Does your organisation’s HR strategy have contributions and buy-in from your whole organisation?
The idea of collecting feedback from every single team or department in your organisation to shape your HR strategy might sound like a colossal challenge – or even a waste of time.
Yet this is exactly what youth cancer charity CanTeen has just done, and to great effect.
Why do it?
The benefits of this collaborative approach to their HR strategy have been huge, says CanTeen’s Chief Operating Officer, Peter Allwood. As a result the organisation has seen many improvements, from performance of current staff through to the quality of candidates applying for new roles.
For CanTeen, the decision to develop their people strategy collaboratively was highly conscious. It was an opportunity to bring their culture, values and principles to life.
“Our culture at CanTeen is very much about empowerment, accountability and pushing responsibility down through all levels of the organisation,” Allwood says.
How do you get staff on board?
CanTeen’s egalitarian culture meant they didn’t have to ‘sell’ the idea of a collaborative people strategy to staff – but they did undertake a number of initiatives to ensure everyone was on the same page.
- Comprehensive staff engagement surveys;
- “Appreciative inquiry” workshops; and
- Small working groups
that ultimately led to the development of the strategic plan.
How do you measure success?
While Allwood says reduced staff turnover and increased engagement were key aims of the plan, the ultimate measures of success of the HR plan have been organisational performance and effective delivery of the organisation’s overall strategy.
“While of course we look at objective measures, we also factor in more subjective ones as well,” Allwood acknowledges.
“We conduct entry interviews with every staff member three months after they start, as well as exit interviews and peer support groups – even the gossip in the kitchen is useful information.”
The benefits beyond people strategy
Interdepartmental collaboration isn’t just valuable for improving your people strategy. In fact, Allwood argues that breaking down barriers between departments and allowing people to contribute outside their day-to-day roles has deep benefits that can ripple throughout an entire organisation.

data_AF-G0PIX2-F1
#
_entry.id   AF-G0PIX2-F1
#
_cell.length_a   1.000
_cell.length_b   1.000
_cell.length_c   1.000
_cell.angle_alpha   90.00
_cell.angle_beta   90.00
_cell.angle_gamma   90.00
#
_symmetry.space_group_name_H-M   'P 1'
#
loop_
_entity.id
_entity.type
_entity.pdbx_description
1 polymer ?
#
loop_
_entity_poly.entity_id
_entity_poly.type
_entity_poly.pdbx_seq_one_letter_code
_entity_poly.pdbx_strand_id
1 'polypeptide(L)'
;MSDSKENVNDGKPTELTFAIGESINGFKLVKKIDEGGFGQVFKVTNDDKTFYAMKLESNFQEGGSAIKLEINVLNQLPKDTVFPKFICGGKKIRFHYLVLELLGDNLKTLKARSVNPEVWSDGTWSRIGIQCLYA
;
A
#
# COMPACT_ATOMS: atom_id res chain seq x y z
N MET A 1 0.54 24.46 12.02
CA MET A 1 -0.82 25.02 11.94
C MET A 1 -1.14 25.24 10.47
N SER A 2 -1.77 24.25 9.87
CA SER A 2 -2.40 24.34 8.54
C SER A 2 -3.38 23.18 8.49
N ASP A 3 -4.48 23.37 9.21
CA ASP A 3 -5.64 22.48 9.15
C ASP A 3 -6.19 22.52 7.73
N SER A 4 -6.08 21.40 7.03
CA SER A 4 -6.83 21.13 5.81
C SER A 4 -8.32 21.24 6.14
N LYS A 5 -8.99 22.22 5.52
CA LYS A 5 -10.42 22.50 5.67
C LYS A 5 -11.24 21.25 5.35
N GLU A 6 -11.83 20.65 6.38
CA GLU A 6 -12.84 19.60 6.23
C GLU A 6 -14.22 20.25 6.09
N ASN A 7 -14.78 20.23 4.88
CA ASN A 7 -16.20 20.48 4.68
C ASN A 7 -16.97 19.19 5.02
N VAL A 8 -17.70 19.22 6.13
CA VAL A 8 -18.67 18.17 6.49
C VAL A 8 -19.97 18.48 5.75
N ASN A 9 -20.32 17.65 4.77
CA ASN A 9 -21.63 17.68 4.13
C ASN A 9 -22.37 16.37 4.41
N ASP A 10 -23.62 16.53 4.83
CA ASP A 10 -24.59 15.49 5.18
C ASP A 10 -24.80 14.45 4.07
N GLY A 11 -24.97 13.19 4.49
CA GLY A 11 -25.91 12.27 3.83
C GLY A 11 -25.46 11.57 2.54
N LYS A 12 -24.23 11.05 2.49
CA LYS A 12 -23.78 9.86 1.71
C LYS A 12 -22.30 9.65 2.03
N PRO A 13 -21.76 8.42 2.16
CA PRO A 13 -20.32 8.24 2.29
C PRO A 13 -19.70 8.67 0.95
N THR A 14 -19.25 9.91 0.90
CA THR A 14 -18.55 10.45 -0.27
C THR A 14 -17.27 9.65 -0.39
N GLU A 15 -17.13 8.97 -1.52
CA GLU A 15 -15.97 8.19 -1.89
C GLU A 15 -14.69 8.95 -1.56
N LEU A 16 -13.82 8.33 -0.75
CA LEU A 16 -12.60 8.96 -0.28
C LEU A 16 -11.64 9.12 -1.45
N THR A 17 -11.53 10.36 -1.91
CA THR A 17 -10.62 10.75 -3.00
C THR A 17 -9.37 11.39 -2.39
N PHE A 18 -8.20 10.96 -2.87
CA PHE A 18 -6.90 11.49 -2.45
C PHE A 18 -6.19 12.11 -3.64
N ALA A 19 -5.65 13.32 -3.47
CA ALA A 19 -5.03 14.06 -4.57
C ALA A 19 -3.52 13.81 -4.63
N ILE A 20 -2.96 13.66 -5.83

“People are more engaged [when you facilitate collaboration] – you get more out of them, and their productivity and performance improve,” Allwood says.
“Silos break down because people are working on projects and initiatives outside their normal areas, so that leads to better relationships and better cross-organisational effectiveness.”
Allwood says that another benefit for CanTeen was improved strategic thinking – the result, he says, of “giving people space, time and permission”.
So, who’s really accountable?
When taking a whole-of-organisation approach to HR strategy, accountability for the project can sometimes be unclear. If everyone is accountable, then no one is.
At CanTeen, a lot of work was done to ensure this wasn’t the case.
“When we presented the plan to our staff we said, ‘Here’s all our information from 11 workshops involving 140 people, turned into a coherent strategic plan … it’s now back to you to deliver and you are accountable for it,’” Allwood says.
For Allwood, making staff responsible – rather than just HR – for the strategy’s delivery was crucial to its success.
“It’s consistent with our culture and approach at CanTeen – that is, empowering our managers and taking very much a decentralised approach,” he says.